What can movies tell us about the world we live in? Have lived in? Will live in? Siegfried Kracauer’s seminal 1947 study, From Caligari to Hitler: A Psychological History of the German Film, puts forth that the roots of the National Socialist Party could be found in the works of Germanic films, specifically in metaphors and symbols. Whether or not the filmmakers intended these symbols and signs is not the point; what matters is how the audience interprets and molds them for their own goal. All images contain the roots of propaganda: You just got to know what to manipulate and how to do it. From Boulder Weekly Vol. 23, No. 6, “Cinema verboten.”
Between 1933 and 1945, Germany’s Third Reich produced 1,200 feature films, of which 300 were labeled propaganda by the Allies and banned from public screenings and distribution following the war. To this day, restrictions on 40 of these titles are still in place.
What power do these films possess that they should never be seen? What does an institutional ban on artistic works say about Germany’s free democracy? Those questions—one verbalized, one alluded to—form the crux of Felix Moeller’s latest documentary, Forbidden Films, which looks at the 40 Nazi films still under government ban.
Moeller places clips from the films alongside interviews with historians and cinema programmers in an attempt to understand what power they held and why that power remains. Hitler and his Minister of Public Enlightenment and Propaganda, Joseph Goebbels, were film nuts of the highest accord—Goebbels especially fancied himself a cinephile, even recording personal reviews in his diary. They loved cinema, the glitz and glam of rubbing elbows with actors, the power of the moving image, and, most importantly, the vastness of the audience—1 billion attendees in 1943. The highest-grossing of the 40 forbidden, The Great Love, drew an audience of 29 million Germans, the same number of Germans who attended Titanic and Avatar combined.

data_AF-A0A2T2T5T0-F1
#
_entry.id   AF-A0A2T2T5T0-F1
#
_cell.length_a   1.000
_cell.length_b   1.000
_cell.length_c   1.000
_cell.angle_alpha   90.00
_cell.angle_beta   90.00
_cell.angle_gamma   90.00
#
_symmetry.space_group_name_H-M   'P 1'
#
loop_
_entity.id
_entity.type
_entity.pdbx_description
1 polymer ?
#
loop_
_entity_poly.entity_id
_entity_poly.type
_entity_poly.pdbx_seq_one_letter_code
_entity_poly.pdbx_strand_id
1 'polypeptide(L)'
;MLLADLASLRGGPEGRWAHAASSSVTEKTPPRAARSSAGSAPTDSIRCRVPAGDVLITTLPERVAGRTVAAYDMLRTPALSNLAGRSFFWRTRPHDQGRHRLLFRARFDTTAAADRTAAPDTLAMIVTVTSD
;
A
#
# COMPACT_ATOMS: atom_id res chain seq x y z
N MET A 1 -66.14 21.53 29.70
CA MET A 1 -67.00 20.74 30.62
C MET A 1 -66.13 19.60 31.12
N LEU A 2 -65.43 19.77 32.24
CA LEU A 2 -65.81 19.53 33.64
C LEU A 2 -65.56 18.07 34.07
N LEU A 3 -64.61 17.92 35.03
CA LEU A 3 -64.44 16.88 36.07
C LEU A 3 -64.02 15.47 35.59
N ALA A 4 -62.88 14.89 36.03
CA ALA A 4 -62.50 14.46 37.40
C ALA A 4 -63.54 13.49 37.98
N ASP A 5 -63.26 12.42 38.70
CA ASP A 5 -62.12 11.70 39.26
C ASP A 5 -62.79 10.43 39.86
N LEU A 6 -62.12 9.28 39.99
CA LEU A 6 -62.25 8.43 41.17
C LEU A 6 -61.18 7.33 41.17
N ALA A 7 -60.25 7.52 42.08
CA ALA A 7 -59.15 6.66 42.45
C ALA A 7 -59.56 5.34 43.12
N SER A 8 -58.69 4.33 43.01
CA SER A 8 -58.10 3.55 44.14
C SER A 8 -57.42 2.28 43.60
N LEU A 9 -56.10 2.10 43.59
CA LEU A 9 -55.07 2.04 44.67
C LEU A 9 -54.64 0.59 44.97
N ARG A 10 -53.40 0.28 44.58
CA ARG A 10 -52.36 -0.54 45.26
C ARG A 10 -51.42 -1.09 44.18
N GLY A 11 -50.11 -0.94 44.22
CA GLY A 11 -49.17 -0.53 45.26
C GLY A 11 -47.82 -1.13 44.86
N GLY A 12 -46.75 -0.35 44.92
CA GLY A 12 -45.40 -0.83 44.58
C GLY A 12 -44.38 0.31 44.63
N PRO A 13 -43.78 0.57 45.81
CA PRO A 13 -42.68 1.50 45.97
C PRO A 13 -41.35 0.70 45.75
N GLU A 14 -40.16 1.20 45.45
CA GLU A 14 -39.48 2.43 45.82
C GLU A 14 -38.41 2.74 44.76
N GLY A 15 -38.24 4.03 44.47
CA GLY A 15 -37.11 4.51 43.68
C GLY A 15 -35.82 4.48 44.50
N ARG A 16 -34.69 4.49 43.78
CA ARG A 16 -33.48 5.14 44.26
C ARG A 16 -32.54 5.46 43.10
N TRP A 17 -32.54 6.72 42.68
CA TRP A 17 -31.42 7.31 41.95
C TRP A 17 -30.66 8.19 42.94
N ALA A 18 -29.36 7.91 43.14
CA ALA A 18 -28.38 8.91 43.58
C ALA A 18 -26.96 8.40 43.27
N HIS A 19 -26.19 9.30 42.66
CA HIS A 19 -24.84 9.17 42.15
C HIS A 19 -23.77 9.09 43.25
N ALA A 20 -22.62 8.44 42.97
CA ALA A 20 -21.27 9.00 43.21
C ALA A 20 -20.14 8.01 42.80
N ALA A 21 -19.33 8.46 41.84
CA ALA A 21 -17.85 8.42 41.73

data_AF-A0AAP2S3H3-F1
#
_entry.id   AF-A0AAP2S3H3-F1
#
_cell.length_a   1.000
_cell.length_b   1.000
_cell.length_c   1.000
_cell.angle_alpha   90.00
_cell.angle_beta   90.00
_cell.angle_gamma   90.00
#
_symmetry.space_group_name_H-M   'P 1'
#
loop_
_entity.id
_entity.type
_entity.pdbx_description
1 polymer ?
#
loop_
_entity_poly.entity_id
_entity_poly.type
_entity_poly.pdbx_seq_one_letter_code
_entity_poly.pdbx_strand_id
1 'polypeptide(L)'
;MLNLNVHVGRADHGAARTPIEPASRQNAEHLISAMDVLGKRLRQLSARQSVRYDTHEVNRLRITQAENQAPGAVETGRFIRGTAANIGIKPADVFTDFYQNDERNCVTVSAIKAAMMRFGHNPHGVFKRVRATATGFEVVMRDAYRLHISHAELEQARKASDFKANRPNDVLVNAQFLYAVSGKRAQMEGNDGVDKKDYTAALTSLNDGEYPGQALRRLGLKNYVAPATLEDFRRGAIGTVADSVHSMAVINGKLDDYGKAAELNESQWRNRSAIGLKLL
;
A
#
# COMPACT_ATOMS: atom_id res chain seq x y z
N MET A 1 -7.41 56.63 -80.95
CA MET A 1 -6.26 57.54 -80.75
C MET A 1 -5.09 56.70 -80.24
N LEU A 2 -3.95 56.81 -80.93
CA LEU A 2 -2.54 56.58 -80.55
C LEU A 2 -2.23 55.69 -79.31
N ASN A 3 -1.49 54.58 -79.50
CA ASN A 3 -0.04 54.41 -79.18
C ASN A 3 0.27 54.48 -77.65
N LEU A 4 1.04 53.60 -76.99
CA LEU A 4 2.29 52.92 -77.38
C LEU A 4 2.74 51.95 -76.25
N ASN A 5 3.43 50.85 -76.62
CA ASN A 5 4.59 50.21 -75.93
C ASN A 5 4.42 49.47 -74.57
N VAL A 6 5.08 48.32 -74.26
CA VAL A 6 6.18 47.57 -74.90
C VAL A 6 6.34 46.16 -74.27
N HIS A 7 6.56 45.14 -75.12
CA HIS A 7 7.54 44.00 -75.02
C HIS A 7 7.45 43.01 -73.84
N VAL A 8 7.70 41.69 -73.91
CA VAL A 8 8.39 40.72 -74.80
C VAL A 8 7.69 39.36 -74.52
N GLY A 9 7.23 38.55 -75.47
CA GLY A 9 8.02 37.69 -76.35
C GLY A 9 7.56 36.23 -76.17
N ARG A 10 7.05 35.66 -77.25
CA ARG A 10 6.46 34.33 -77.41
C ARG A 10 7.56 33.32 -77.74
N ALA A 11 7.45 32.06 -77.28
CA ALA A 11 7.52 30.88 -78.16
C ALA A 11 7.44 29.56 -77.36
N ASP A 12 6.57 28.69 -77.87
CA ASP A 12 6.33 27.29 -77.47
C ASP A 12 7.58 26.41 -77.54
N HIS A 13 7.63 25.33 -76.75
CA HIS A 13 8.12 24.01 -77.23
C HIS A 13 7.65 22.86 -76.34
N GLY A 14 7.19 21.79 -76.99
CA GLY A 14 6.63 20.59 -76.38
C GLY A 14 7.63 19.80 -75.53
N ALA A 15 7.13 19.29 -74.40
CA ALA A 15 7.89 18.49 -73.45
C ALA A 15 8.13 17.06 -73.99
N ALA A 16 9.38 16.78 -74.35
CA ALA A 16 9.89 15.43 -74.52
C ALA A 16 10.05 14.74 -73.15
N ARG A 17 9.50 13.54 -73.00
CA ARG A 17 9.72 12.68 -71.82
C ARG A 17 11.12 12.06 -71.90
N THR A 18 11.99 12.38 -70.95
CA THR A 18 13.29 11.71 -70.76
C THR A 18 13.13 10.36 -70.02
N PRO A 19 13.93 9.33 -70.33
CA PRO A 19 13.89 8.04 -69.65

But these movies—anti-Semitic, anti-French, anti-British, pro-war, pro-euthanasia—weren’t endless “Heils” rained down on viewers, nor were they simply a visual compendium to the vitriol spewed from the Führer. These movies were crafted much like classic Hollywood cinema: compelling characters, lush cinematography, melodramatic flourishes, and a strong narrative structure. The results are stunning, and even to this day, audiences that see these movies are surprisingly moved, in most cases, against their better judgment.
To capture this response, Moeller follows the movies as they are screened in Munich, Berlin, Paris, and Jerusalem. These are controlled, contextualized screenings with a Q&A session following. After seeing the movies, some audience members agree they should be banned. These movies enflamed hate and resentment back then, and they could do the same today. Others say no, movies should not be censored in a free society. Moeller does not express it bluntly, but the comparison between banned films and the Nazis’ predilection for burning books hangs over these public debates.
As does anti-Semitism, which rears its ugly head, although quietly, in the Q&A sessions.
The most damning evidence is provided by two neo-Nazis, filmed in silhouette, who admit that they obtain the forbidden films via the Internet or right-wing vendors and use them to indoctrinate young recruits.
There are no easy answers, and Moeller doesn’t try to provide one, though he seems to side with anti-censorship. There will be those that abuse these films and use them to further their own hateful positions, but censoring art does not stop these individuals from hating; it only fuels their rebellion. Instead, the public must confront the past head-on, watching these dastardly works and considering them for what they are and represent. Cinema is an opportunity to try to understand the experiences of others. It’s not always pleasant, but it is necessary.
Forbidden Films is available to stream on Kanopy. Header photo courtesy of Zeitgeist Films.